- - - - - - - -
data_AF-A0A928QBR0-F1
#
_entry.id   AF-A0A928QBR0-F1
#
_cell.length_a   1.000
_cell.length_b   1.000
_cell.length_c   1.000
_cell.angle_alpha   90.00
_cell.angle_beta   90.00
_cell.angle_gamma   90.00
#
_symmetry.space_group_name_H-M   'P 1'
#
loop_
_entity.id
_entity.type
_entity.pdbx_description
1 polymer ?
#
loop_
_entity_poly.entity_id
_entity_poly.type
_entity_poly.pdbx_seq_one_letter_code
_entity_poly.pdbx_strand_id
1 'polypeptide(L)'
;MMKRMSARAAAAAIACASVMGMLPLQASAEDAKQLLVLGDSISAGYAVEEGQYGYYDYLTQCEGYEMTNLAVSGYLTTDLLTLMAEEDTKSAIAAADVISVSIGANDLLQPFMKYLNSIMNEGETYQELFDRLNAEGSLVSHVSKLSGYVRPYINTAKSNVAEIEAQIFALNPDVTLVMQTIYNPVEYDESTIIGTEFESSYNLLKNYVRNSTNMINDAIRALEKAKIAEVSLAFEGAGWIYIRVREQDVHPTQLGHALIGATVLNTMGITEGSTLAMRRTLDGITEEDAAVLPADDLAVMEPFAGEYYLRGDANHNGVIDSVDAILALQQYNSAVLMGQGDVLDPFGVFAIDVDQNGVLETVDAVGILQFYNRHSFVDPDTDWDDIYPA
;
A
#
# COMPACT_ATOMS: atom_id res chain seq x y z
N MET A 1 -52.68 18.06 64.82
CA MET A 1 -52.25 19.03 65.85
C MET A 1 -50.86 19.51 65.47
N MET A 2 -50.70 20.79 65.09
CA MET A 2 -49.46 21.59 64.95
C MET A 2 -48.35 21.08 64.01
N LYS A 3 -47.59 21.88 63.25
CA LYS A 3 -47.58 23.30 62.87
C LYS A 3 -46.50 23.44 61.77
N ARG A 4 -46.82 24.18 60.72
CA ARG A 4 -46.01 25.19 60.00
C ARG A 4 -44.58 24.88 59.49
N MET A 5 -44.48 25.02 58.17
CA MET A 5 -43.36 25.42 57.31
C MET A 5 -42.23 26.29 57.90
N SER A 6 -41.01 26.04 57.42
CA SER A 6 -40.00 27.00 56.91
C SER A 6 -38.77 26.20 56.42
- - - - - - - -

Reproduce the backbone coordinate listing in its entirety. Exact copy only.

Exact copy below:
data_AF-A0A928QBR0-F1
#
_entry.id   AF-A0A928QBR0-F1
#
_cell.length_a   1.000
_cell.length_b   1.000
_cell.length_c   1.000
_cell.angle_alpha   90.00
_cell.angle_beta   90.00
_cell.angle_gamma   90.00
#
_symmetry.space_group_name_H-M   'P 1'
#
loop_
_entity.id
_entity.type
_entity.pdbx_description
1 polymer ?
#
loop_
_entity_poly.entity_id
_entity_poly.type
_entity_poly.pdbx_seq_one_letter_code
_entity_poly.pdbx_strand_id
1 'polypeptide(L)'
;MMKRMSARAAAAAIACASVMGMLPLQASAEDAKQLLVLGDSISAGYAVEEGQYGYYDYLTQCEGYEMTNLAVSGYLTTDLLTLMAEEDTKSAIAAADVISVSIGANDLLQPFMKYLNSIMNEGETYQELFDRLNAEGSLVSHVSKLSGYVRPYINTAKSNVAEIEAQIFALNPDVTLVMQTIYNPVEYDESTIIGTEFESSYNLLKNYVRNSTNMINDAIRALEKAKIAEVSLAFEGAGWIYIRVREQDVHPTQLGHALIGATVLNTMGITEGSTLAMRRTLDGITEEDAAVLPADDLAVMEPFAGEYYLRGDANHNGVIDSVDAILALQQYNSAVLMGQGDVLDPFGVFAIDVDQNGVLETVDAVGILQFYNRHSFVDPDTDWDDIYPA
;
A
#
# COMPACT_ATOMS: atom_id res chain seq x y z
N MET A 1 -52.68 18.06 64.82
CA MET A 1 -52.25 19.03 65.85
C MET A 1 -50.86 19.51 65.47
N MET A 2 -50.70 20.79 65.09
CA MET A 2 -49.46 21.59 64.95
C MET A 2 -48.35 21.08 64.01
N LYS A 3 -47.59 21.88 63.25
CA LYS A 3 -47.58 23.30 62.87
C LYS A 3 -46.50 23.44 61.77
N ARG A 4 -46.82 24.18 60.72
CA ARG A 4 -46.01 25.19 60.00
C ARG A 4 -44.58 24.88 59.49
N MET A 5 -44.48 25.02 58.17
CA MET A 5 -43.36 25.42 57.31
C MET A 5 -42.23 26.29 57.90
N SER A 6 -41.01 26.04 57.42
CA SER A 6 -40.00 27.00 56.91
C SER A 6 -38.77 26.20 56.42